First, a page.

The next morning, her bedroom wall-screens flashed on at 6:30, her normal wake-up time. An image of an old fashioned alarm clock danced near her bed. She waved her hand to dismiss the alarm, but she couldn't recapture sleep. Her head rang slightly from the wine, and a tension headache pulsed at her temples. Grudgingly, she crawled out of bed.
She paid 7 credits for a cup of coffee, and after drinking it, she began to feel human again. After two, she felt up to taking a shower and getting dressed. Her phone flashed a notification. Another text from Claire. A picture of a sloth hugging another sloth. She smiled and sent back a heart emoji.
At least she had Claire. Claire had been her friend since secondary school. Claire, the eternal optimist, was a nice counterpoint to Emerson's pragmatic pessimism. She decided to meet up with Claire on Saturday and pour out her feelings over a brunch she probably couldn't afford.
You know what? I'm free Sat. Free whenever lol : ( Let's do brunch.
What she could afford. Well, that was basically nothing at this point. She had some savings, maybe enough for a couple of weeks if she was frugal, but even her seemingly secure middle management position barely paid enough to keep up with her student loan debt and her daily expenses. She'd also been required to dress with a certain level of formality and only recently had purchased a new wardrobe in anticipation of getting that promotion she'd been promised a year and a half ago. She looked through her closet of muted greys and beiges, running her hands along the impeccably sewn seams and clean lines. Some of them still had the tags on. She pulled those out and put them in a reusable shopping bag. Those, at least, she could return.
Taking a break, she stared into her empty fridge for several minutes before closing it and having another cup of coffee. 21 credits already this morning and she hadn't even fed the cat. Her phone rang its shrill jingle, shattering the silence of the morning.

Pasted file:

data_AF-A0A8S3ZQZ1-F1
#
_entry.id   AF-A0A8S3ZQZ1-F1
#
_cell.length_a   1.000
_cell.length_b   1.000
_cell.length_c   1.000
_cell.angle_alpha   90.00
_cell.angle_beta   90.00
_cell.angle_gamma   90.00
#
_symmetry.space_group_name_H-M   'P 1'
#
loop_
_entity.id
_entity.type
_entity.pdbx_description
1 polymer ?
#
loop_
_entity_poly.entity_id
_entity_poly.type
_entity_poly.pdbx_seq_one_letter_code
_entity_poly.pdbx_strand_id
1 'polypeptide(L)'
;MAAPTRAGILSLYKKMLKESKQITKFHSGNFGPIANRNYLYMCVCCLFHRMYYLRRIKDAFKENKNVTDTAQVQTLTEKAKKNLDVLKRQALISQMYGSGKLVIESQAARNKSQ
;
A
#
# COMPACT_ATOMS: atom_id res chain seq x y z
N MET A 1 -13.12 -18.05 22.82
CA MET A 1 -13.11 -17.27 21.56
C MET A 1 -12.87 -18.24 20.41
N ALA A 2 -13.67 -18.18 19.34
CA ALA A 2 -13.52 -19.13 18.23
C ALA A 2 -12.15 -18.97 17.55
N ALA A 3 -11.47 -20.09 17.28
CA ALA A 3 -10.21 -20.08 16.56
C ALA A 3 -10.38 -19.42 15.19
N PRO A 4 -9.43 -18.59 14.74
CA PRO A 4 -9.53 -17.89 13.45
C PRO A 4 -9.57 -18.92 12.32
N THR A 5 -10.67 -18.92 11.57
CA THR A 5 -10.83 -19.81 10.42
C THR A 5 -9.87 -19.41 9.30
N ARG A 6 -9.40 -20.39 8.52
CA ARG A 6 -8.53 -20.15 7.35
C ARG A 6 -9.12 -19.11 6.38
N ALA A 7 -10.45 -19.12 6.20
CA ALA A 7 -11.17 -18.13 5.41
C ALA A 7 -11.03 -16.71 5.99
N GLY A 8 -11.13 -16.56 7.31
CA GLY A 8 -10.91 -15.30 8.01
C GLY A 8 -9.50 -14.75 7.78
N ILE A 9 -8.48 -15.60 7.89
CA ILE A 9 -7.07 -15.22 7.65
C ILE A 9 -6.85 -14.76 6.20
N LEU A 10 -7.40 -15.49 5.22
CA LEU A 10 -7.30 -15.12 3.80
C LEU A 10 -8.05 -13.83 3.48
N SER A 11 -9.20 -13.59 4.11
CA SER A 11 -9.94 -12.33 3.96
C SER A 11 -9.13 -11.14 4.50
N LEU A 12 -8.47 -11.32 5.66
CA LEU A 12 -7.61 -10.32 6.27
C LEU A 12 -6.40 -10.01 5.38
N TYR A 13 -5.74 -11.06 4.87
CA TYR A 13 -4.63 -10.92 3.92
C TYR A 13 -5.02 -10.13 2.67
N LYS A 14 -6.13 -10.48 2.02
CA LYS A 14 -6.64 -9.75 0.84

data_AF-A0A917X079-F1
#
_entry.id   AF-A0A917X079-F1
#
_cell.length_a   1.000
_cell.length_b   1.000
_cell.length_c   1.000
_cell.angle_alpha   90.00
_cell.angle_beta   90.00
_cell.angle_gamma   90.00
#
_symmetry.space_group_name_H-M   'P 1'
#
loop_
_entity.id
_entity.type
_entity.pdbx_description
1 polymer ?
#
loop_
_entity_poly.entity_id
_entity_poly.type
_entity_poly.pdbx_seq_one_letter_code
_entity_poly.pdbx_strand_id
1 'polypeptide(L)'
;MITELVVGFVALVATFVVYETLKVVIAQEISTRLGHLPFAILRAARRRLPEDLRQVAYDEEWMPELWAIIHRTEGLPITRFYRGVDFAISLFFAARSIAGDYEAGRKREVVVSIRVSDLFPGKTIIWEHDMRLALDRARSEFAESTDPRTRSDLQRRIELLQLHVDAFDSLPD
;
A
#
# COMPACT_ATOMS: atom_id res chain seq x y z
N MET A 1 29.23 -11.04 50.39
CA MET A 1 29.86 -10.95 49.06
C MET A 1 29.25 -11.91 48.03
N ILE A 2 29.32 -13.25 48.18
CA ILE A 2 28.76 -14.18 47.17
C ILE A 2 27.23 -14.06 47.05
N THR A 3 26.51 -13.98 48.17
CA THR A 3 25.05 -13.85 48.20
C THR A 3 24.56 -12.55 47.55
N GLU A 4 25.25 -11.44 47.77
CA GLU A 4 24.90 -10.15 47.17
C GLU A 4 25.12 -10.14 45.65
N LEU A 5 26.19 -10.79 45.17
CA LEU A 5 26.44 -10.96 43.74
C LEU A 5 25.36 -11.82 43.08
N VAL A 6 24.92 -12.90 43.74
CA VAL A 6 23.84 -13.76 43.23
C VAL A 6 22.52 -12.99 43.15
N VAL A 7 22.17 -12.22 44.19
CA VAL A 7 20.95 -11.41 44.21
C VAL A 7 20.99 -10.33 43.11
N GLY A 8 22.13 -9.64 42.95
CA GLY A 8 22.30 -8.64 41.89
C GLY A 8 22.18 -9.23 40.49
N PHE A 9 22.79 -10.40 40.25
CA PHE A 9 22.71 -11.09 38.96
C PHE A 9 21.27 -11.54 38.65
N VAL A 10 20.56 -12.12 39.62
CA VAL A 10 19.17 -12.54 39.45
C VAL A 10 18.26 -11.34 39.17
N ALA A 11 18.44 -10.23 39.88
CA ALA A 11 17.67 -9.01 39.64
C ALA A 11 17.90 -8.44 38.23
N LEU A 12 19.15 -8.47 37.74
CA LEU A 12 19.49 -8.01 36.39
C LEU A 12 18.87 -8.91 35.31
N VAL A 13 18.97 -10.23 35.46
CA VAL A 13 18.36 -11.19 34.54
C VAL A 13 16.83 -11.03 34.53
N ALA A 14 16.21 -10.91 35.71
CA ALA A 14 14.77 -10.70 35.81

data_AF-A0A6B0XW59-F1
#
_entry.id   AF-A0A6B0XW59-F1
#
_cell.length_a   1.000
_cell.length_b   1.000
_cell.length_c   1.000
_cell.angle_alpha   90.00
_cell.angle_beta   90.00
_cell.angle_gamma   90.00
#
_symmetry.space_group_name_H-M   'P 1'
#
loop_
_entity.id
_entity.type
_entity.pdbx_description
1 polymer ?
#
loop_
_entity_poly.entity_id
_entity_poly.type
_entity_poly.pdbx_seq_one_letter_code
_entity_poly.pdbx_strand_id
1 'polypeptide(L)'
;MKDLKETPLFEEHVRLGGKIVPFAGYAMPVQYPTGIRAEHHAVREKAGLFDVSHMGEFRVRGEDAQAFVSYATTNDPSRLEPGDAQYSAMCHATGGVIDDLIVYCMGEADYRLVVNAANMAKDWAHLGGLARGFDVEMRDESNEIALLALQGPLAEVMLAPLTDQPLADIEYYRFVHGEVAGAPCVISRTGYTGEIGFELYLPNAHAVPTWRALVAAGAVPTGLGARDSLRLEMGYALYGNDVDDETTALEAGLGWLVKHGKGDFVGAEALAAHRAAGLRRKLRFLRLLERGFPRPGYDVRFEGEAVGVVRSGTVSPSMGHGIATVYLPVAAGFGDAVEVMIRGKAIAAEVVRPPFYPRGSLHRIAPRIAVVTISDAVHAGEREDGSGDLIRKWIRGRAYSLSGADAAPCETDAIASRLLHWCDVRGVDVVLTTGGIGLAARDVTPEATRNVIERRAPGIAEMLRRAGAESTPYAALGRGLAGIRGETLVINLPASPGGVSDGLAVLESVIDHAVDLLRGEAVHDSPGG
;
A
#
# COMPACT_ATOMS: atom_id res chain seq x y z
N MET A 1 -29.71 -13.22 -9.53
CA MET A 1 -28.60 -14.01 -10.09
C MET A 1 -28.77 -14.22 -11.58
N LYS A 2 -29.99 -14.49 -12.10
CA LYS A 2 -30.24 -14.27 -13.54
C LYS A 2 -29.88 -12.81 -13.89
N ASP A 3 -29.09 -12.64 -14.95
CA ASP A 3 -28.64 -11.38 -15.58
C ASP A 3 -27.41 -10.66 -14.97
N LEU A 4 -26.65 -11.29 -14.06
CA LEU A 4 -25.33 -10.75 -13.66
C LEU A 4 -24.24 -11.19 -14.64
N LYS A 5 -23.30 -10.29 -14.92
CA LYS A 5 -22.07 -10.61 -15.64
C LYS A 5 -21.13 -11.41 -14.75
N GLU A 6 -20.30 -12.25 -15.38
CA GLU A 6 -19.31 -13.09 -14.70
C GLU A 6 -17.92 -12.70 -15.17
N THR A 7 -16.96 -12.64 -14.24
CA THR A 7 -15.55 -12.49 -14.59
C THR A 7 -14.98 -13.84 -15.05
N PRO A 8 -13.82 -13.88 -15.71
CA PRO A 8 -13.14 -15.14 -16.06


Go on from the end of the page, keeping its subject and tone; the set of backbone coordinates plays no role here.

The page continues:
Have you recently been let go, fired, laid off, left behind? Do you need a way to make money quick? Stay on the line and a representative will tell you about your rights. The voice was friendly, but it was hard to tell if it was human. So many robo-calls these days.
She hung up again, though this time she hesitated. Maybe it wasn't just spam. But how did they know she'd been fired? She sighed. Targeted advertising had gotten so good these days that it felt almost magical, in a vaguely uncomfortable way, as though a bit of magic crept out of her phone and shivered down her spine.
She grabbed the shopping bag full of clothes and walked out into the rain.
She was able to return the clothes for two thirds of the original prices. She'd go through her closet again to pick out anything she could get some credits for at one of the many secondhand clothing stores that dotted the mall. They called it a mall, and it was something like those big buildings she'd visited as a child, but instead of a single building, this mall was comprised of about seven city blocks worth of stores and restaurants. She actually lived on the edge of the mall in one of the high-rises built above a block of stores. She could maybe get a job in retail, although those jobs were diminishing and retail workers at the higher end stores had almost no job turnover. Who would quit a steady source of income these days?